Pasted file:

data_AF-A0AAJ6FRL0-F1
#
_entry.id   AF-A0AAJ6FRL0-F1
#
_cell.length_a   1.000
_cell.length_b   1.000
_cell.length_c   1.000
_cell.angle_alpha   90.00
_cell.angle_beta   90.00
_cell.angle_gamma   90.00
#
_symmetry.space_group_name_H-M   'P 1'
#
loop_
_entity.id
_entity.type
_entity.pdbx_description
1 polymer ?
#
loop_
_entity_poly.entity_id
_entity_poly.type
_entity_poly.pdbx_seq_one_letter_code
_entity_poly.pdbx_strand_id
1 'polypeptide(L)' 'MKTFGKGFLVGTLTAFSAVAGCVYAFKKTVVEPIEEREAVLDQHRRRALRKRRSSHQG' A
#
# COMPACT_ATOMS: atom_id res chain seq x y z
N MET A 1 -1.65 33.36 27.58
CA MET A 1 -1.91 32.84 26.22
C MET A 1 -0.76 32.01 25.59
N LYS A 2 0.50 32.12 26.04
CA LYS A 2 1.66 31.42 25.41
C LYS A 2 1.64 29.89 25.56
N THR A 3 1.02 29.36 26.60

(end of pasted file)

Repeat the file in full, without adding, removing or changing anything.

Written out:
data_AF-A0AAJ6FRL0-F1
#
_entry.id   AF-A0AAJ6FRL0-F1
#
_cell.length_a   1.000
_cell.length_b   1.000
_cell.length_c   1.000
_cell.angle_alpha   90.00
_cell.angle_beta   90.00
_cell.angle_gamma   90.00
#
_symmetry.space_group_name_H-M   'P 1'
#
loop_
_entity.id
_entity.type
_entity.pdbx_description
1 polymer ?
#
loop_
_entity_poly.entity_id
_entity_poly.type
_entity_poly.pdbx_seq_one_letter_code
_entity_poly.pdbx_strand_id
1 'polypeptide(L)' 'MKTFGKGFLVGTLTAFSAVAGCVYAFKKTVVEPIEEREAVLDQHRRRALRKRRSSHQG' A
#
# COMPACT_ATOMS: atom_id res chain seq x y z
N MET A 1 -1.65 33.36 27.58
CA MET A 1 -1.91 32.84 26.22
C MET A 1 -0.76 32.01 25.59
N LYS A 2 0.50 32.12 26.04
CA LYS A 2 1.66 31.42 25.41
C LYS A 2 1.64 29.89 25.56
N THR A 3 1.02 29.36 26.60